What Is a Single & Zero Withholding Allowance?

by Adele Burney ; Updated June 28, 2018
What Is a Single & Zero Withholding Allowance?

Newly-hired employees often find themselves faced with completing a W-4 form from the IRS. The main function of the form is to discover what amount the employee is willing to have withheld from her pay. The amount withheld goes toward the employee’s yearly tax obligation to the IRS. Many young and single new hires will select a single or zero withholding allowance. Many times, employees select these amounts without fully understanding their significance.

The W-4 Form

The IRS requires that all new hires complete a W-4 form. The form gathers information regarding an applicant’s Social Security number, address, marital status and number of dependents. The top of the form has instructions for the applicant, along with a calculator. When filling out the form, the new hire uses the calculator to determine what his withholding allowance should be. The calculator gives points for being the head of household and having children. The form also asks new hires to declare whether they are exempt or nonexempt from paying taxes. No one who is currently a dependent of someone else can claim an exemption for himself.

Single and Zero Withholding

Nonmarried single individuals most often will choose single or zero for the withholding allowance question on the W-4. Single withholding identifies the individual as the head of household. The IRS requires that certain stipulations be met before someone can claim themselves as head of household. It is important to read the W-4 instructions carefully to see if you can declare yourself as head of household. Individuals may also choose zero withholding, which allows the employer to withhold the maximum amount allowable for their tax bracket. If, for example, you are a single individual making about $50,000 annually, you are in the 22 percent tax bracket for the 2018 year, meaning 22 percent is the highest tax rate you will face on any portion of your income.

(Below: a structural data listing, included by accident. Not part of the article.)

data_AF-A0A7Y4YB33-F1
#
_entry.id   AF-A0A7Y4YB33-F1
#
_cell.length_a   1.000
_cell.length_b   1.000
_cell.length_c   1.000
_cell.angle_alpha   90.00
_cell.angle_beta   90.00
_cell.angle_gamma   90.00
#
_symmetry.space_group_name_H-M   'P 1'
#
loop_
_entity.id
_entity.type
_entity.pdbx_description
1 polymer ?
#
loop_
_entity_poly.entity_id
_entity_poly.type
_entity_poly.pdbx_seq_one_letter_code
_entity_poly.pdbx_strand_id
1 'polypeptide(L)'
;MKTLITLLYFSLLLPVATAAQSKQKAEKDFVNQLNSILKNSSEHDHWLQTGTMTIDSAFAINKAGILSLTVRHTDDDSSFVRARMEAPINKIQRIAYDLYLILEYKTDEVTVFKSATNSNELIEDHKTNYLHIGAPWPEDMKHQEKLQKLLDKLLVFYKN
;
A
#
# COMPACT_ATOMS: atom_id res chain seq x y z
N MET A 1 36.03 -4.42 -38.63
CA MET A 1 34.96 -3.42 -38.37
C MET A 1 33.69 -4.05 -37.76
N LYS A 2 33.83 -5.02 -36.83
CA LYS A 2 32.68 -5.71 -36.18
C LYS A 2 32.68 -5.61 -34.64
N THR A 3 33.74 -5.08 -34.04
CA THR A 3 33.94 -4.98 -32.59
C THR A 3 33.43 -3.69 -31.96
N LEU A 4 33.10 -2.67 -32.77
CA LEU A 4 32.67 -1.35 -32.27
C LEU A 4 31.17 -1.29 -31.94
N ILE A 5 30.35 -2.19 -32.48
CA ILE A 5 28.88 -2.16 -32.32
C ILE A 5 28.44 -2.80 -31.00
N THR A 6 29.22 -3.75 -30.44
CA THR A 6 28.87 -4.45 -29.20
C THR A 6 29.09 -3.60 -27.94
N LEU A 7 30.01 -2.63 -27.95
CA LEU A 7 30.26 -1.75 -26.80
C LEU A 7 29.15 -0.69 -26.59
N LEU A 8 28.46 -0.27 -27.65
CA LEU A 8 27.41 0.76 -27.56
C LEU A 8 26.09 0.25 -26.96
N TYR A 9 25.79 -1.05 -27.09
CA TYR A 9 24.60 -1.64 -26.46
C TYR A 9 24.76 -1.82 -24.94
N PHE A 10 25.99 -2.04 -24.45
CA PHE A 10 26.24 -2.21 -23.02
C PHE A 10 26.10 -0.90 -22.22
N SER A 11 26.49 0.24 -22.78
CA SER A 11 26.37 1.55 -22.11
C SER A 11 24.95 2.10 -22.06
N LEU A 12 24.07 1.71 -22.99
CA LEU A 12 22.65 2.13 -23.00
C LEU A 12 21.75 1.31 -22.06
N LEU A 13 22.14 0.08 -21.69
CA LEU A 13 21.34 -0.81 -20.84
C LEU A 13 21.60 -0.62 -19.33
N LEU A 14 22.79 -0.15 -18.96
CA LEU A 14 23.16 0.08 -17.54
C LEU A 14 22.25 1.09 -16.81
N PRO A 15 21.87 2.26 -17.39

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Using the Withholding Calculator

When completing the W-4, individuals should complete the tax work sheet to determine the amount of withholding. Students or those still living with parents can usually select zero. This is because they do not have deductions that would reduce their tax liability. If you own a home, have an IRA or can make any other deductions on your tax return, then you will want to complete the tax work sheet and use the calculator. By selecting zero withholding, you may be giving too much to the government. A withholding amount of one is better for those who have deductions. Individuals who are married or have children would probably not select zero or one unless they have other sources of income, which would necessitate the need to have more taxes withheld.

When to Update Your W-4

Life changes may bring a need to update the W-4 you have on file with your employer. Getting married or having children will add to the number of allowances you can claim. Another time to review your W-4 is after completing your tax return for the year. If you are receiving a large refund, it may be time to increase the number of allowances. A large refund means that you are loaning the government the use of your money for a year. Increasing the number of allowances gives you more money in your paycheck.

About the Author

Adele Burney started her writing career in 2009 when she was a featured writer in "Membership Matters," the magazine for Junior League. She is a finance manager who brings more than 10 years of accounting and finance experience to her online articles. Burney has a degree in organizational communications and a Master of Business Administration from Rollins College.

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